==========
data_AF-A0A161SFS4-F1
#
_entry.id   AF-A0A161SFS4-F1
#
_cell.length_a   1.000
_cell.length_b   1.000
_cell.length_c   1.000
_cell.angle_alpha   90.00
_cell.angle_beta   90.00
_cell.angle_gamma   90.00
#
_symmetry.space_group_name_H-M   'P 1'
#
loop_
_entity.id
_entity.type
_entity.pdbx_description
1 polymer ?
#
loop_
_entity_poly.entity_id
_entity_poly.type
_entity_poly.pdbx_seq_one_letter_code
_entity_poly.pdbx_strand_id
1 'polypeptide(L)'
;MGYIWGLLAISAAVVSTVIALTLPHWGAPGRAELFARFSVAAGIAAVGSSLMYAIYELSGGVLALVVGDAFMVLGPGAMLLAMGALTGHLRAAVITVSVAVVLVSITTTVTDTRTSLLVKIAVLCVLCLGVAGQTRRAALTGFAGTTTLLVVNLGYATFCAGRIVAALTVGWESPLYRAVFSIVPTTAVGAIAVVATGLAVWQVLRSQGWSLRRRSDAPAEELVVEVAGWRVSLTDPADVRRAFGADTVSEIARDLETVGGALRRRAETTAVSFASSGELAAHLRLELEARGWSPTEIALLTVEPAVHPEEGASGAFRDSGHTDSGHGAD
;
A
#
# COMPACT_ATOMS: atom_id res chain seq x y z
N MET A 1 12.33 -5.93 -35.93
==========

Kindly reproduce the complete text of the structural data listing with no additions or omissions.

data_AF-A0A161SFS4-F1
#
_entry.id   AF-A0A161SFS4-F1
#
_cell.length_a   1.000
_cell.length_b   1.000
_cell.length_c   1.000
_cell.angle_alpha   90.00
_cell.angle_beta   90.00
_cell.angle_gamma   90.00
#
_symmetry.space_group_name_H-M   'P 1'
#
loop_
_entity.id
_entity.type
_entity.pdbx_description
1 polymer ?
#
loop_
_entity_poly.entity_id
_entity_poly.type
_entity_poly.pdbx_seq_one_letter_code
_entity_poly.pdbx_strand_id
1 'polypeptide(L)'
;MGYIWGLLAISAAVVSTVIALTLPHWGAPGRAELFARFSVAAGIAAVGSSLMYAIYELSGGVLALVVGDAFMVLGPGAMLLAMGALTGHLRAAVITVSVAVVLVSITTTVTDTRTSLLVKIAVLCVLCLGVAGQTRRAALTGFAGTTTLLVVNLGYATFCAGRIVAALTVGWESPLYRAVFSIVPTTAVGAIAVVATGLAVWQVLRSQGWSLRRRSDAPAEELVVEVAGWRVSLTDPADVRRAFGADTVSEIARDLETVGGALRRRAETTAVSFASSGELAAHLRLELEARGWSPTEIALLTVEPAVHPEEGASGAFRDSGHTDSGHGAD
;
A
#
# COMPACT_ATOMS: atom_id res chain seq x y z
N MET A 1 12.33 -5.93 -35.93